July 15, 2024



 With a slight scent of worms lingering in the early morning air, a gentle mist and thick sheet of fog, the morning got off to a gloomy start. The sky was grey, the streets were grey and even my nails were painted grey.
As I arrived at Kitchener City Hall, I realized a few things. First, that looking cool meant looking cold, which isn’t actually that cool. The sharp wind pierced through my Lululemon leggings and retro tank, making me feel as though I wasn’t wearing any clothes at all. Second, that I should stay at the back of the pack so less people pass me, making me feel slightly more fit than I truly am. And third, that no matter the weather, I was going to have as much fun as possible.
Minutes before the race’s start, hundreds of Color Me Rad runners herded together on King Street East for a last-minute stretch. Volunteer Zumba instructors stood on a stage near the doors of city hall, trying their best to pump up the crowd. A mix of reggae and ’80s classics blared from the speaker facing the street. As I looked around, my excitement grew. There were hundreds of colourful characters (pun intended) around me.
Then a roaring backwards count from 10 got the race off to a quick start. A sea of white shirts rushed through the street, which would soon be ruined.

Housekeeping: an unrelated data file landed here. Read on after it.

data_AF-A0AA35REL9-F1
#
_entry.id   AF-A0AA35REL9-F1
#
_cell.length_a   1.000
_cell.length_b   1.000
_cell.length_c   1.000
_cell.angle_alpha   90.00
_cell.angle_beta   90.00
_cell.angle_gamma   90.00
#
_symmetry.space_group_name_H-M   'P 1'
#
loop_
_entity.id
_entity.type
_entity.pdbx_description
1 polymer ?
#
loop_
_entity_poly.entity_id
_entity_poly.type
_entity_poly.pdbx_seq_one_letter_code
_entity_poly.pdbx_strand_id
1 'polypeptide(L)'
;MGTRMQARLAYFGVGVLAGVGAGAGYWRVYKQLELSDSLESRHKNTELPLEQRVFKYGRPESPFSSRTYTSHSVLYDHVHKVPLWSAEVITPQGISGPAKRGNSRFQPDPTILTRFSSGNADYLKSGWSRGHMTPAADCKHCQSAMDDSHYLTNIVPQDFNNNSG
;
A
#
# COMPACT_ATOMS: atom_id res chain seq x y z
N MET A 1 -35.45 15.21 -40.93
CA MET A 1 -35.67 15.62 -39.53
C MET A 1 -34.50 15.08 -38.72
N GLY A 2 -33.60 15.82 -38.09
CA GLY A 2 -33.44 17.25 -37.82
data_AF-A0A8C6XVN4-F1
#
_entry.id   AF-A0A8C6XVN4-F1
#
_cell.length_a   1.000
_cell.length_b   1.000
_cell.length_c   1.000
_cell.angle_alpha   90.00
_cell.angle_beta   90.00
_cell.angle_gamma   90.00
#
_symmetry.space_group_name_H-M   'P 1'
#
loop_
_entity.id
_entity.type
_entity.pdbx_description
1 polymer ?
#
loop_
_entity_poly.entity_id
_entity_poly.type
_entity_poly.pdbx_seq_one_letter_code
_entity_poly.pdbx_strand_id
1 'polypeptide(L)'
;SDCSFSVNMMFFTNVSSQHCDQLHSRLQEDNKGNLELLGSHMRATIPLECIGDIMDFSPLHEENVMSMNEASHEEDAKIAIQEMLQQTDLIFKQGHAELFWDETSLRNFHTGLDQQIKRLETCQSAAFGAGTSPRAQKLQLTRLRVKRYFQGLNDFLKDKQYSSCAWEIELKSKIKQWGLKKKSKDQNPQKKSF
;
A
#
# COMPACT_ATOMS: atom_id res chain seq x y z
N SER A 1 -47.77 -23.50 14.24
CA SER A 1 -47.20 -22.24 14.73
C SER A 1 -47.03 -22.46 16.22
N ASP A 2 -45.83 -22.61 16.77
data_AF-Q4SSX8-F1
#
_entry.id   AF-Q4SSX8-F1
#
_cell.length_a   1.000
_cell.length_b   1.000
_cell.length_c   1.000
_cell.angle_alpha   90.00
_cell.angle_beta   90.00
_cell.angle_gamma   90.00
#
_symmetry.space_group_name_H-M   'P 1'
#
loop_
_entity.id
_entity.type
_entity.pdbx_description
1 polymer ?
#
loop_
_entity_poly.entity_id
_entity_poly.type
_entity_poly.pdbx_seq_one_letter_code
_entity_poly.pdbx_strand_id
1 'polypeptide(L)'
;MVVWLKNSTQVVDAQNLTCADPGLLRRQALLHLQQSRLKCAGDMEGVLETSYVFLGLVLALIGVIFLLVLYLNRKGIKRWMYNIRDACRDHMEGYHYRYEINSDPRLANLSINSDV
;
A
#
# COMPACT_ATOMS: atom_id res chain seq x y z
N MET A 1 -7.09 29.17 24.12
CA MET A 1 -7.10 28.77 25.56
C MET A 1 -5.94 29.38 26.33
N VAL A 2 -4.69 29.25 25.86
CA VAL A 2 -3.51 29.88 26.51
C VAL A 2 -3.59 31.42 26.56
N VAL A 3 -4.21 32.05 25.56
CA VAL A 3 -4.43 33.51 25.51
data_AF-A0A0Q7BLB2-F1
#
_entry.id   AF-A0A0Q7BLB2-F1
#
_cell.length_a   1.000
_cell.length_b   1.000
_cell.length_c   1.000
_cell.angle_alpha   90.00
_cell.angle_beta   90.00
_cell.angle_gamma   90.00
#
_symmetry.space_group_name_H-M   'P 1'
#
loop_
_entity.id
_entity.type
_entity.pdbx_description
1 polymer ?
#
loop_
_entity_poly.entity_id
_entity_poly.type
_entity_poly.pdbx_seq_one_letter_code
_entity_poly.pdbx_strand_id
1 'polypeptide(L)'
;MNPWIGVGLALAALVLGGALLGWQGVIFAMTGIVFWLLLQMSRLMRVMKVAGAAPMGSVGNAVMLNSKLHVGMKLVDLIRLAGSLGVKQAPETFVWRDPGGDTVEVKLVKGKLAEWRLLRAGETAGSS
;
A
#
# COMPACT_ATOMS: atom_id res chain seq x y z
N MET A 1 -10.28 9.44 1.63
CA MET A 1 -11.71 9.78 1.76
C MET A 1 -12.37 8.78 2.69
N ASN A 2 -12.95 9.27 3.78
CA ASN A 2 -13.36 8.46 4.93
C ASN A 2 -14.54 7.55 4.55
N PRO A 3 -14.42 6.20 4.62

As I began to jog, the music faded behind me and the fog thickened in front of me. I quickly approached the first kilometre marker, which appeared to be an orange, ominous cloud with no end. I took a deep breath in, and entered it at full velocity. In the cloud were several colour bomb volunteers tossing the chalky powder into the air. They all had bandanas tightly fastened around their faces to comfortably breathe. I wish I had thought of that.
I came out of the cloud doused in a tangerine powder, already declining in speed. The last 4 km of the run consisted of a lot of speed walking, but I felt this was justified because I was a journalist so I had to walk slow enough to take clear pictures. Or at least I used this as my guilt-free excuse.
Once across the finish line at Victoria Park, everyone was celebrating their finish through song, dance and photo-ops. A stage built near the clock tower boomed with music and colour cannons. An announcer came on stage with a fire extinguisher in hand and asked everyone if they were feeling rad. I think everyone replied yes. This exchange bounced back and forth between the announcer and crowd a few more times before she doused the crowd with a vibrant green fume.
Color Me Rad is loosely based off of the Hindu Festival of Colours known as Holi. It has been attracting colour cravers all across Canada and the U.S. since January 2012. Color Me Rad has sold out nearly every race and is even gaining popularity overseas. The race is coming soon to Asia and the U.K. According to their website, colormerad.com, the race has “no winners or official times.” It’s for pure enjoyment.
A portion of the proceeds raised always go to a charity in the community of the run. The Kitchener event’s proceeds went to Triton Sports, a full service sport and event management company in Kitchener, which uses the money to assist youth who can’t afford equipment and supplies to join sports teams.